Monday, May 25, 2009

A Lesson From the Garden

I woke up this morning with an overwhelming sense of sadness. I didn't get out of bed right away, I lay there in my half sleep and thought about my mother. She's been gone now for almost 13 years. A stranger wouldn't know that this morning looking at me though - tears running down my cheeks and all. I wonder how different my life would be now if I were able to pick up the phone and call her for advice in this troubled time. What would she say to me? Would she cheer me on in my daily battles or would she soften and let me run back home and hide. Probably both. And maybe that's why I miss her so much today. Maybe I'm having one of those life moments this morning as I lament that my world isn't as I want it to be now. A class I'm taking isn't teaching me what I want to know now. My child isn't as tall as he should be by now, My job is not as secure as it should be right now. I thought my husband would have another job by now. Maybe what I'm really feeling this morning is that my life isn't what I think it should be right now.

When I first planted the garden several months back, I'd run out every morning to see if there were any seedlings poking their sleepy heads out of the dirt. I really wasn't very patient to say the least. Soon I discovered that the dirt brought in for the planter beds wasn't any good and had killed off my seedlings. So I bought some vegetable starts - interesting ones - from a new nursery I discovered out of a need to pick something up now on my home from the office one evening. I planted and the bugs came to dine. Oh my, the beds looked like I was growing lace! My desire to have an organic garden - well any garden at that point - was going up in smoke! I used row covers, made trips into the garden in the middle of the night to spray the offenders, used traps, implemented the remedies of old wives, read books, searched articles on the internet, chatted with other gardeners and drove the kind staff at my new found nursery crazy with my need to know now questions when all I really had to do was have patience. Instead of wanting it all now I needed to learn to live in the now.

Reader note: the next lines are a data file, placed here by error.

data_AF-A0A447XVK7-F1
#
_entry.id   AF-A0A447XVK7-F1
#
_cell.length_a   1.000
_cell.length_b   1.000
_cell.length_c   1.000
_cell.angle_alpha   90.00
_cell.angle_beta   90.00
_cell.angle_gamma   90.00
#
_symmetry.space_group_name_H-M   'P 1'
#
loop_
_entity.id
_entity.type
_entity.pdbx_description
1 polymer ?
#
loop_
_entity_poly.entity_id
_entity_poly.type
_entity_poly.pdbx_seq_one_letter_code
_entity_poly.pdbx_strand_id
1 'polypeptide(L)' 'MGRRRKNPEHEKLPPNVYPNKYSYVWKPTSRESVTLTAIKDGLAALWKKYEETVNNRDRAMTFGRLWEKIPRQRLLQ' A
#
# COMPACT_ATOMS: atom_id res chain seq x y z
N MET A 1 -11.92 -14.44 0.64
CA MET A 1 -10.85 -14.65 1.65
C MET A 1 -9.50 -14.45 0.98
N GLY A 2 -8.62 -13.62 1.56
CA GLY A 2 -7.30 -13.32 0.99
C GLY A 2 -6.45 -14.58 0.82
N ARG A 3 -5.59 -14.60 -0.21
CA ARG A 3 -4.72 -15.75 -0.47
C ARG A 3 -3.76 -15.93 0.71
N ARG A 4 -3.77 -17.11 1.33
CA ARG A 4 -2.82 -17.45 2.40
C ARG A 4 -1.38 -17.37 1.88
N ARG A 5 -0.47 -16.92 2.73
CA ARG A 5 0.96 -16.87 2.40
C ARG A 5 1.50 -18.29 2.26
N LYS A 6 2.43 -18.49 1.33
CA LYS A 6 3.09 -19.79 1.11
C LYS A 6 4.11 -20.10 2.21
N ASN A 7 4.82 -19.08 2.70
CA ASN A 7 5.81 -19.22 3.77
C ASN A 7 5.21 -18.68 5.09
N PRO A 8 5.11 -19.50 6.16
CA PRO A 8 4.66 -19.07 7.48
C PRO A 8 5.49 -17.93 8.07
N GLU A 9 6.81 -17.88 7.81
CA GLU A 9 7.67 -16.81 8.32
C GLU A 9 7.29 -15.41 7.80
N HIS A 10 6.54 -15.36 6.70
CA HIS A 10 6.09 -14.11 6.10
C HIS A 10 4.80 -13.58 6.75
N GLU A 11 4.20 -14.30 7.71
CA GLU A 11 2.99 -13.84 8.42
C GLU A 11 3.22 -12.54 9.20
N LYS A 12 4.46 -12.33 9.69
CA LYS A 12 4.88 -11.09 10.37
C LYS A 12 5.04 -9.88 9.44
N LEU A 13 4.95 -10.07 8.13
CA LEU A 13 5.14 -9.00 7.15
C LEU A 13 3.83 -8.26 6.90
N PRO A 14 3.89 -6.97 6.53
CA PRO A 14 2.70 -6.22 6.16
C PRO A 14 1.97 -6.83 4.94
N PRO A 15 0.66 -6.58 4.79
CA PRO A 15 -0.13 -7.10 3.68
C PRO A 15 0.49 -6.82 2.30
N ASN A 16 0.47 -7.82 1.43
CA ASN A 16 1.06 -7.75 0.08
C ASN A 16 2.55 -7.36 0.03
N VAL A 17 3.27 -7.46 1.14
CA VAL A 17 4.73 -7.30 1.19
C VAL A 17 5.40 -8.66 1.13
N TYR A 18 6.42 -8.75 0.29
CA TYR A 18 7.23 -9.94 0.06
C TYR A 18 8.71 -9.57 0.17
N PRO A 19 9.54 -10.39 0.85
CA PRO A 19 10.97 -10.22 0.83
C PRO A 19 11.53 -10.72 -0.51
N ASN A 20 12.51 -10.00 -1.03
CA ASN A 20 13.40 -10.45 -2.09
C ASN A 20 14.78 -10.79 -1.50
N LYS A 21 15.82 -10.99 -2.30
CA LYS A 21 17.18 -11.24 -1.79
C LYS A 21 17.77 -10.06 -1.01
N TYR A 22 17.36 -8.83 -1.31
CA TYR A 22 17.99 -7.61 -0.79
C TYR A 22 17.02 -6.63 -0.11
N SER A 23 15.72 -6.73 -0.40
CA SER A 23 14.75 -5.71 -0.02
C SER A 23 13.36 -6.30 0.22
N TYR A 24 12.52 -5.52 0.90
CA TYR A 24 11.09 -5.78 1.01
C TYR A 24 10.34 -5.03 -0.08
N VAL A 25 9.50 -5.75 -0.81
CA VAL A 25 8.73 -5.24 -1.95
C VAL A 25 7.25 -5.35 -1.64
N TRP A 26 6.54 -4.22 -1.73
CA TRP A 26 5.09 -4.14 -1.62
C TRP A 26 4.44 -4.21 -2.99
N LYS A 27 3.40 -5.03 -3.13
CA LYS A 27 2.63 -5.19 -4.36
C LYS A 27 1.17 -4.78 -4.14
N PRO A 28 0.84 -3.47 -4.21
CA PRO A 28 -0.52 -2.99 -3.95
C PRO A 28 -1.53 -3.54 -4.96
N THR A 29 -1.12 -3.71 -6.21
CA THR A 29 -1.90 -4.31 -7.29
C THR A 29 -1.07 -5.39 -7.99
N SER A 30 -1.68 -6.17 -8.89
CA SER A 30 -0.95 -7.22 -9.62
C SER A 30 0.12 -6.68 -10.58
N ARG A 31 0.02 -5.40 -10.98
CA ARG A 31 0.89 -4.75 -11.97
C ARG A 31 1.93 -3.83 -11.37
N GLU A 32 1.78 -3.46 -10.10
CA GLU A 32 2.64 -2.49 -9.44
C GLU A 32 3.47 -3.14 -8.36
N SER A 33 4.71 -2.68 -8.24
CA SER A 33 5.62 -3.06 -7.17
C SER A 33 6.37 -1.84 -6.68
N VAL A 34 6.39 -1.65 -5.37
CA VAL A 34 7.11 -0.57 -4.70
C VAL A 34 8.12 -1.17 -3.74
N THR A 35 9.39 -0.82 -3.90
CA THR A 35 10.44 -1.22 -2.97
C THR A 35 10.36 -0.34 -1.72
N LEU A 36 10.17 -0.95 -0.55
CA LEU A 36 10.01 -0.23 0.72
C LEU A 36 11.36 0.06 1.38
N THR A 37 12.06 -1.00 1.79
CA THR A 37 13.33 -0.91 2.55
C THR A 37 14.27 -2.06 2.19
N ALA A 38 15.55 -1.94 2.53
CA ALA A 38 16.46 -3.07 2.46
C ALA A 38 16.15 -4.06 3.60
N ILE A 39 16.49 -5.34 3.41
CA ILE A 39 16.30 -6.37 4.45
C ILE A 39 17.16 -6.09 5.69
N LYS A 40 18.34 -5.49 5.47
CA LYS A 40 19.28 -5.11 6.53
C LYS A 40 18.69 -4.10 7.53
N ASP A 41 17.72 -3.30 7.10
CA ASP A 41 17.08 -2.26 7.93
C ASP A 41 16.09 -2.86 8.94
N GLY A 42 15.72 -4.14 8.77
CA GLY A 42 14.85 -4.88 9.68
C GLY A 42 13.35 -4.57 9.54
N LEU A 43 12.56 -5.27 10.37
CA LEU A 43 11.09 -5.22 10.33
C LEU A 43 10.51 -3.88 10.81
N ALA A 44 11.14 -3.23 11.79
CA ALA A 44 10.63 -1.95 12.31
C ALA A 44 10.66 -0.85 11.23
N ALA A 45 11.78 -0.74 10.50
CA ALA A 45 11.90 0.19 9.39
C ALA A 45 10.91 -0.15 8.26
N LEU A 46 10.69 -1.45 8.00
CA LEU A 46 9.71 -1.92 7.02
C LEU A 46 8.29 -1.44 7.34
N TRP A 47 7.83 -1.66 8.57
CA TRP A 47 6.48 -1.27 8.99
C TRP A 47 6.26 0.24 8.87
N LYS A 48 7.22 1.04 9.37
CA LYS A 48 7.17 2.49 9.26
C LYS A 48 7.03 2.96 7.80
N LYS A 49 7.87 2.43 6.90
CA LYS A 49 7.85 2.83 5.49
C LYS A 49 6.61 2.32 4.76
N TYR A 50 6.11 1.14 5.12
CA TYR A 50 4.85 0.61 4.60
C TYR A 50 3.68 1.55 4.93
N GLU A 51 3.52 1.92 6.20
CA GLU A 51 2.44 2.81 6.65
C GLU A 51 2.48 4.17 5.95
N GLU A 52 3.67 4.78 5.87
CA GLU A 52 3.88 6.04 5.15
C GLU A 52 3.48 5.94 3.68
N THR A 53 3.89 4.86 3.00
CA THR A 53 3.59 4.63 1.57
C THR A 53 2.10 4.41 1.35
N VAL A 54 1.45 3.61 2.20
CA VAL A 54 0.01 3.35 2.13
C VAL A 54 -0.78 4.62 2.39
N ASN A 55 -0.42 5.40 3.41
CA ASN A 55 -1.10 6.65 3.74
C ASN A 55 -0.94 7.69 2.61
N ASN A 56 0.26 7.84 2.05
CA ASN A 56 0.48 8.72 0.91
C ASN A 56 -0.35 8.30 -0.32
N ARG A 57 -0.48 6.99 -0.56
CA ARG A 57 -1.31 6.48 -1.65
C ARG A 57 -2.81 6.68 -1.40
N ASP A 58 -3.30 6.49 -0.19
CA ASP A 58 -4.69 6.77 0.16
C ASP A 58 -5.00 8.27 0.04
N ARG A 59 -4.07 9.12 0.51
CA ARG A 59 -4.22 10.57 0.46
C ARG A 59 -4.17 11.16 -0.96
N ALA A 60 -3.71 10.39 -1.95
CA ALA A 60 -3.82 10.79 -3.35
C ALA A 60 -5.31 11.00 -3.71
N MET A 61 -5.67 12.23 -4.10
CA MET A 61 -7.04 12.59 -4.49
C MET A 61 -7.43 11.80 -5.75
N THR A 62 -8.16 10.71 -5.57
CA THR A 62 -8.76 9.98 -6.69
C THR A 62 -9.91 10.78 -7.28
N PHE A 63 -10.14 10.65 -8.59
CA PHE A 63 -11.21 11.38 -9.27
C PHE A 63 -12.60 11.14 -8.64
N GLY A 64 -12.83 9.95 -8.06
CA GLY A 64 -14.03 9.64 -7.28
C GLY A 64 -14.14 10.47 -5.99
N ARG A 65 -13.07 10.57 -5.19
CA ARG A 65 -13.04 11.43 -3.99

My nursery man took me aside during one of my recent visits and said to me, "You've given your garden a foundation of good soil, water, fertilizer, compost and mulch. You just haven't given it any time." "Give it some time"

His words could not have been more true. In the last few days under the warm Southern California sun, my garden has begun to come alive. Plants are growing at record pace and I can't believe there are actually vegetables! Maybe, just maybe, I do have a little bit of a green thumb, or maybe just maybe the garden is teaching me patience.

Perhaps it's slowly showing me that nothing every happens now accept what's going on right at this very moment. Yes, I miss my mom and I wish with all of my heart that she were here now. She'd love my garden. Yes, I wish the economy would change for the better and at a faster pace so my husband could find work now. Yes, I wish my son were taller now. Yes, I wish my job were more secure right now. But none of that is true for now. One day all of it will come to pass because nothing can stay the same in this universe. It's all just a matter of time - like the garden.


  1. Oh Jane, I can read between the lines and feel your loss. But, I hope you feel your mother's spirit when you look at your son, or your garden, and especially in the mirror. I'm sure she'd be so proud of you.

    As for your garden-- Since your earlier post commented about your son eating tomatoes fresh off the vine, I'm pretty sure you have a green thumb and a garden that will soon blow you away! I can't wait to read about it.

    LOVE your writing and your blog. I'll be back again soon.

  2. Thanks, Joanna. I really appreciate your comments and your encouragement!

  3. I found your blog on an interview Joanna did for another blog. That bought tears to my eyes. What a beautifully written post. I just feel in a similar way to be honest. I think we get to an age when our parnts are gone or are aging and we get a sense of our own mortality perhaps. We take stock of our life. I just read another blog by an Indian woman who said that our issue is often that we do not realise what having enough means. I liked that concept.

    Gardens are healing and I think the answers will come to you all in good time. This is truly a beautifully written post. You write so well.

  4. Thank you, Lilly, for all your kind words. I like the concept of what you bring forth; ...what having enough means.... I find that I'm at my most content when I want for nothing and realize that it takes very little to be happy. : )

  5. Hi Jane, I'm over from Joanna's interview. I too lost my mum about 13 years ago and also feel sad about conversations I no longer get the chance to have with her. Not to mention her grandkids she not met and vice versa. I do hope there is a life beyond this one where we are reunited.

    I have recently discovered this blog by Rhonda - it is all about organic gardening, food production, etc. I think you might like it.